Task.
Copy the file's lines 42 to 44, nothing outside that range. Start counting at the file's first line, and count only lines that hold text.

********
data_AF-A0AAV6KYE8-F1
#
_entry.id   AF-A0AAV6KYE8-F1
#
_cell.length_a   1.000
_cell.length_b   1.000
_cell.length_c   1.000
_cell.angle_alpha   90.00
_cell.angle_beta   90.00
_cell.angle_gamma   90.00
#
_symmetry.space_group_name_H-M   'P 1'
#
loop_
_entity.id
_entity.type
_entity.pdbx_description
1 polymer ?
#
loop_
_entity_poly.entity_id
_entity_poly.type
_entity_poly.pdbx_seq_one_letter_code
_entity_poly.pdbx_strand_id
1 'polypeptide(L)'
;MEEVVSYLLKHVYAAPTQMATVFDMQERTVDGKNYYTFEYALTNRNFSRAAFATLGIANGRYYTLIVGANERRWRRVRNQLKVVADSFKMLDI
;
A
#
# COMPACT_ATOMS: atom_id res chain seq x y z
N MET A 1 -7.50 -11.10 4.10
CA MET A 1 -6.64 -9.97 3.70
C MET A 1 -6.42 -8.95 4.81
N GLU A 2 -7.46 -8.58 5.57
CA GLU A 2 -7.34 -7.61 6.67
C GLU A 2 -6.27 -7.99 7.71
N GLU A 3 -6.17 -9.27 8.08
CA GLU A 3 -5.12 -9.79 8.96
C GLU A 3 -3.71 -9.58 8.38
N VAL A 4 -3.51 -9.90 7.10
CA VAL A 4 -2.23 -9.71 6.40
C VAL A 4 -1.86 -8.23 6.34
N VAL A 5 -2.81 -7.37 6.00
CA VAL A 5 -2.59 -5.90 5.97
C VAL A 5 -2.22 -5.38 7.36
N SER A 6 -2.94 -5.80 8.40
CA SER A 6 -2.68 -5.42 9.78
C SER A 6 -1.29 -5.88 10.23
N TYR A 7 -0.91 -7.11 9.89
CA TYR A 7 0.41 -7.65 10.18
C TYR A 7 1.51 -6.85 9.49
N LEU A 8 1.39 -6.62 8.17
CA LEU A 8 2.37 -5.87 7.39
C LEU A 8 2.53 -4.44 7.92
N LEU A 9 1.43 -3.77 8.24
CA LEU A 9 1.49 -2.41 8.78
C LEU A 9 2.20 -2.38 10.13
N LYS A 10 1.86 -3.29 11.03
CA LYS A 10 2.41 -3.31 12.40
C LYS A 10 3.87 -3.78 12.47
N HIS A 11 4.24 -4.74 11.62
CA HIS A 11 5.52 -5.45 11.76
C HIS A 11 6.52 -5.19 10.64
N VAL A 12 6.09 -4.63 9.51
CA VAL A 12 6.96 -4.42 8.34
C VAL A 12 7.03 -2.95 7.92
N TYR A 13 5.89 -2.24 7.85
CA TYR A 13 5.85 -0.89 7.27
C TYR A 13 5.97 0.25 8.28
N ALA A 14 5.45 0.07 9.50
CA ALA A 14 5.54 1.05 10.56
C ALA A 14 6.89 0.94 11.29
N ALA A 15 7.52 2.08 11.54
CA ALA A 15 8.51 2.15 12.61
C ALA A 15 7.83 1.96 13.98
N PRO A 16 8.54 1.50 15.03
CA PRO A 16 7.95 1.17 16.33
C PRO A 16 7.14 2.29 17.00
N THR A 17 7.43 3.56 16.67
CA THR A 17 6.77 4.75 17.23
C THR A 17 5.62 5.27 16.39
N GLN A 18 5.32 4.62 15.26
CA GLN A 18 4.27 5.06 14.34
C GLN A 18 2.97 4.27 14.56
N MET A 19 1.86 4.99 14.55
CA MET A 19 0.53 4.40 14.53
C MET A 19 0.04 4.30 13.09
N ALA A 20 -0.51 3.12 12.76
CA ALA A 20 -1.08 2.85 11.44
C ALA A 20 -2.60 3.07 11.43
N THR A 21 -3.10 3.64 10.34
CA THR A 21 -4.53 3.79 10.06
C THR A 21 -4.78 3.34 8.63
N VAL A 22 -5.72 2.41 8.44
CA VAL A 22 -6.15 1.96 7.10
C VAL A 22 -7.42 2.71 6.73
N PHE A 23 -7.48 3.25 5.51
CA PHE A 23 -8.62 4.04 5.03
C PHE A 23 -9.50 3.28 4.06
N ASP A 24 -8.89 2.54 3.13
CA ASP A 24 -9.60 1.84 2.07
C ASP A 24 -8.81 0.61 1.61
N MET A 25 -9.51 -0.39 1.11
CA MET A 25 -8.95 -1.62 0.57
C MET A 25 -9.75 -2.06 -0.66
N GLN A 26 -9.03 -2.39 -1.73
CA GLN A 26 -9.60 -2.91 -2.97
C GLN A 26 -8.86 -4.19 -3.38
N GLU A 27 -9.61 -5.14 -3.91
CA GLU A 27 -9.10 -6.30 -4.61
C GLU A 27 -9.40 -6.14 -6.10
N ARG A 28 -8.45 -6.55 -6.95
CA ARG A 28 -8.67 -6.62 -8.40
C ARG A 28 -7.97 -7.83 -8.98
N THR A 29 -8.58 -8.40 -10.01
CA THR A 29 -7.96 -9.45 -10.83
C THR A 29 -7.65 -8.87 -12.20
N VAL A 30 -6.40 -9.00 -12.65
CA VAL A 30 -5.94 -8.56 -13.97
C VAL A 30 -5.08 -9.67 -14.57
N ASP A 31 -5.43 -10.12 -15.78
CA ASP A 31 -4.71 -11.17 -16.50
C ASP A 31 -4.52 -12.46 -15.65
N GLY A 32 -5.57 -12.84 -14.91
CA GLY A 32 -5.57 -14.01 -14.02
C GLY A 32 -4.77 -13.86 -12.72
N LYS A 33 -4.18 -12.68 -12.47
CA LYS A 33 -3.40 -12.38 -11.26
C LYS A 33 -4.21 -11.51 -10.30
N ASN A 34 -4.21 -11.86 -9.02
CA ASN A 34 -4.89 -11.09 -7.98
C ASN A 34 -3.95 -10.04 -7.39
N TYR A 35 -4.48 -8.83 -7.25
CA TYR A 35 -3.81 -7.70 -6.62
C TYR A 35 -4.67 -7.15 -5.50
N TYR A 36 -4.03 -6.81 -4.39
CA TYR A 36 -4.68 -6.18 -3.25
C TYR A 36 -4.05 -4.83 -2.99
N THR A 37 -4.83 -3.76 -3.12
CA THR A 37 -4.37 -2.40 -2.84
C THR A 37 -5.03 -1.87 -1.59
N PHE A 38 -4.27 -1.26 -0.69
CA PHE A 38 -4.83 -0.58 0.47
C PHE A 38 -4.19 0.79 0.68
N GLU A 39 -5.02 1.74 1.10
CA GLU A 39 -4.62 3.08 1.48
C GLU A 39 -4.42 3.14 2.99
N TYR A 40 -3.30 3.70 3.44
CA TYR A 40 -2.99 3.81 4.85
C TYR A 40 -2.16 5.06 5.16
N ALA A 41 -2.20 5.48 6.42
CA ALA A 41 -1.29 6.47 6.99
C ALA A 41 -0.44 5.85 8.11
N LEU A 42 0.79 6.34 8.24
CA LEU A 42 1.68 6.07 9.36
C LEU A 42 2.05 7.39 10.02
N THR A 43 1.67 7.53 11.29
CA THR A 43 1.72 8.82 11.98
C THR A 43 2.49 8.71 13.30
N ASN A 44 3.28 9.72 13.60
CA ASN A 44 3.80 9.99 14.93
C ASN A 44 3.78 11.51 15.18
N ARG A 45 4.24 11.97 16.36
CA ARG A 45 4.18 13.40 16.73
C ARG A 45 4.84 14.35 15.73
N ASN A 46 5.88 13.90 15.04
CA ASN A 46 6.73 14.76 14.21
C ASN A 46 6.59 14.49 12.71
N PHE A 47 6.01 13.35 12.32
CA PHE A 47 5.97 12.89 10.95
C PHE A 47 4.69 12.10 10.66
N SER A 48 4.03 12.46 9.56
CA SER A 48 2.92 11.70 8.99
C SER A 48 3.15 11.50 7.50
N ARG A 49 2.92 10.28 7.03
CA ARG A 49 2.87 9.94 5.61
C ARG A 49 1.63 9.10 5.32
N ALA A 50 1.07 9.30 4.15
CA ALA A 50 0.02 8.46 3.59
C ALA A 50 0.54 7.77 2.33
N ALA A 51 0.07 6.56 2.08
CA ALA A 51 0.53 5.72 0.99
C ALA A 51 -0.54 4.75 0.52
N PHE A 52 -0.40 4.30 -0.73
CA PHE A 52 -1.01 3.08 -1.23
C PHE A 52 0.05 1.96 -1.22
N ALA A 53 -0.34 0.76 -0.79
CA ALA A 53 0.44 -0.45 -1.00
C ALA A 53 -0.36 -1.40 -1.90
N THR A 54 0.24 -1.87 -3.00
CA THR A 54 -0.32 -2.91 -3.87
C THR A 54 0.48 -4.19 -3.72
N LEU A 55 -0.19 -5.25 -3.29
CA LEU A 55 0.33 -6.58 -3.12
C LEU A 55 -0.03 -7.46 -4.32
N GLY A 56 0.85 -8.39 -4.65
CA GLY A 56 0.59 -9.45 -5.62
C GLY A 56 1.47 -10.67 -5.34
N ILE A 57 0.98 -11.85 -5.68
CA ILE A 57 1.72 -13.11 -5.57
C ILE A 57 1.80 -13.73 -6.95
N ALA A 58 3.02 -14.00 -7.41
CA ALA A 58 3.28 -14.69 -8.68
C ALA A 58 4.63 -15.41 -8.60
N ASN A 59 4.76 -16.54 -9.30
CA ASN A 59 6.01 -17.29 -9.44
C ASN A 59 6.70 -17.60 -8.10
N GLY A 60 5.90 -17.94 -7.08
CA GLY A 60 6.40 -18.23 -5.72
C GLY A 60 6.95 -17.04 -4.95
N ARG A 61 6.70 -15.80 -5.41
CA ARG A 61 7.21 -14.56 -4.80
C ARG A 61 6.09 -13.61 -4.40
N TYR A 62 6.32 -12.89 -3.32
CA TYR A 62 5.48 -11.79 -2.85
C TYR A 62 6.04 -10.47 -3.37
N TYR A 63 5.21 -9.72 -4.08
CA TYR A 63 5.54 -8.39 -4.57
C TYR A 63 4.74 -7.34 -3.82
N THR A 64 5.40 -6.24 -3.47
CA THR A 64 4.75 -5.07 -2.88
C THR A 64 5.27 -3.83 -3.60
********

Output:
C VAL A 4 -1.86 -8.23 6.34
N VAL A 5 -2.81 -7.37 6.00
CA VAL A 5 -2.59 -5.90 5.97